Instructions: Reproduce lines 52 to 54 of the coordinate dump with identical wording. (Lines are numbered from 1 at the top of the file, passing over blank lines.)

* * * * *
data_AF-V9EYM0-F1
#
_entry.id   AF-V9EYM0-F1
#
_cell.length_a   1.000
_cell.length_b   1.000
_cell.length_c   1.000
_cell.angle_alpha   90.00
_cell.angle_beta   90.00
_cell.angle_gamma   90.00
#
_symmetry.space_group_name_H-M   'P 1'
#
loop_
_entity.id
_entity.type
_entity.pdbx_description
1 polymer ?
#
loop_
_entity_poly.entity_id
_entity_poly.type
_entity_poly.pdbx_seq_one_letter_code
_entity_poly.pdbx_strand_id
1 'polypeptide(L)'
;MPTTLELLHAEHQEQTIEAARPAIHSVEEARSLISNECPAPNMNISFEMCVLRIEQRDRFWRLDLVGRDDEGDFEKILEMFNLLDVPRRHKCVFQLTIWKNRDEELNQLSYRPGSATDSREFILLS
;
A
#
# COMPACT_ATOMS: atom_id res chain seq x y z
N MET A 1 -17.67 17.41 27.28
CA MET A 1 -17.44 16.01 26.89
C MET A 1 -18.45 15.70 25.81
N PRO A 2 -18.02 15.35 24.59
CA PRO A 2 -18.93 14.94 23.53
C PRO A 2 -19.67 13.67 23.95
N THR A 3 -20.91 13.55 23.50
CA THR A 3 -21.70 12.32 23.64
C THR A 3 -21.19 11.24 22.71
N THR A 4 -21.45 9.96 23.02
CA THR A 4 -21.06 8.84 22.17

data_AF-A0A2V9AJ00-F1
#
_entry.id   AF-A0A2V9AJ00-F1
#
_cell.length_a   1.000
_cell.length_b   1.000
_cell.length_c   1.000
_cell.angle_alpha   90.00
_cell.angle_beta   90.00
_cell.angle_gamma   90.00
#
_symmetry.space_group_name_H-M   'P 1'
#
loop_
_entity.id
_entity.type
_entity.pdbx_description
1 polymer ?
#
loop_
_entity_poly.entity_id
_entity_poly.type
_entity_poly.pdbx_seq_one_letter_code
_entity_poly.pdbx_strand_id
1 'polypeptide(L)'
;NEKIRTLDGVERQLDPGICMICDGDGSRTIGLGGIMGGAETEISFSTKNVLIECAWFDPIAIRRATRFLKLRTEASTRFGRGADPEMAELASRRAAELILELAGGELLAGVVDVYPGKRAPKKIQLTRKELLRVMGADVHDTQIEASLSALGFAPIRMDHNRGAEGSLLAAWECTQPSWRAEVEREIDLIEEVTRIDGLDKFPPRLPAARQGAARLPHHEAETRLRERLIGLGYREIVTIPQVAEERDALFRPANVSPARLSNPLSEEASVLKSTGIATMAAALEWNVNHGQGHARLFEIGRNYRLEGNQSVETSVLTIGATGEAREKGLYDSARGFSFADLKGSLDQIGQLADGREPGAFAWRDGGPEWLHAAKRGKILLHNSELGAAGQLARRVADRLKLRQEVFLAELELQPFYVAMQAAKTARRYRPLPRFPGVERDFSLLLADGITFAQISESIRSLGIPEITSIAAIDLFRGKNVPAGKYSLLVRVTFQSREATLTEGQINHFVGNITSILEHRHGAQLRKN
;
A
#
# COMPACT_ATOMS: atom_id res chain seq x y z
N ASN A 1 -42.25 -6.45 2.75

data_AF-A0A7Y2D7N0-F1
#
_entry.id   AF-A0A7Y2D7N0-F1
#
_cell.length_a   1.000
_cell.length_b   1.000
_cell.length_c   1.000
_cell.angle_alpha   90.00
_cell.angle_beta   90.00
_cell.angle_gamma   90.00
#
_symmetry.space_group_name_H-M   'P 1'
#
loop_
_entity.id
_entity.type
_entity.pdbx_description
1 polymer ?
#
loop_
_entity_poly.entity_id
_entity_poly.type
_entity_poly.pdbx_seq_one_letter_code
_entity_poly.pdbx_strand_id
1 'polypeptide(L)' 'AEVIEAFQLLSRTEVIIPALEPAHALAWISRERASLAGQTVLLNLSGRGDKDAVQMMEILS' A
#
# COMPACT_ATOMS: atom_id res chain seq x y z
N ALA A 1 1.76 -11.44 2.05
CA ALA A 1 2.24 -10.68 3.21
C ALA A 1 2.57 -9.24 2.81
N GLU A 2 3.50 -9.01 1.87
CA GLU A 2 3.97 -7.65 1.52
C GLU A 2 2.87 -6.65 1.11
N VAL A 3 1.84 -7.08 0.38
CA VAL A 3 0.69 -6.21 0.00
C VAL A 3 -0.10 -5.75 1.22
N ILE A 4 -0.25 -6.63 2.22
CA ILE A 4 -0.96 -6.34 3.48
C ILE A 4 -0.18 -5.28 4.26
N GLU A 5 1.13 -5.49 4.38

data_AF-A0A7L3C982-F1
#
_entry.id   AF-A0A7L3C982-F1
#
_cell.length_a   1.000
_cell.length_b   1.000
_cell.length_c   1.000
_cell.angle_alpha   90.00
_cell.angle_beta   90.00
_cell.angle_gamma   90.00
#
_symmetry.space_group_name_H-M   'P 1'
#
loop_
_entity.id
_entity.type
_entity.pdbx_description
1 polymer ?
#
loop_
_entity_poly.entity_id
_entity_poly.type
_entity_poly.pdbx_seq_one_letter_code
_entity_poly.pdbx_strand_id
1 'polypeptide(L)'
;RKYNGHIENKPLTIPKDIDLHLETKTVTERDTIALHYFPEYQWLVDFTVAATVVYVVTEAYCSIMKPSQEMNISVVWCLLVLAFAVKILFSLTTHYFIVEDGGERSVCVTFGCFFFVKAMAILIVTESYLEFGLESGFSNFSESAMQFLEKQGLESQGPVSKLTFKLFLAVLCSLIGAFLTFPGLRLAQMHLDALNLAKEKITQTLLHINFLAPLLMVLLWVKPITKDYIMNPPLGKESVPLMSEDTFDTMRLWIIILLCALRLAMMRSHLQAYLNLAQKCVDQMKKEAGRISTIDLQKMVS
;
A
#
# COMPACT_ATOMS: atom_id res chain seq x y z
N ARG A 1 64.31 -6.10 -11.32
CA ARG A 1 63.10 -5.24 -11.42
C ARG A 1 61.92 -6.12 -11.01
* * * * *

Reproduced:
#
_symmetry.space_group_name_H-M   'P 1'
#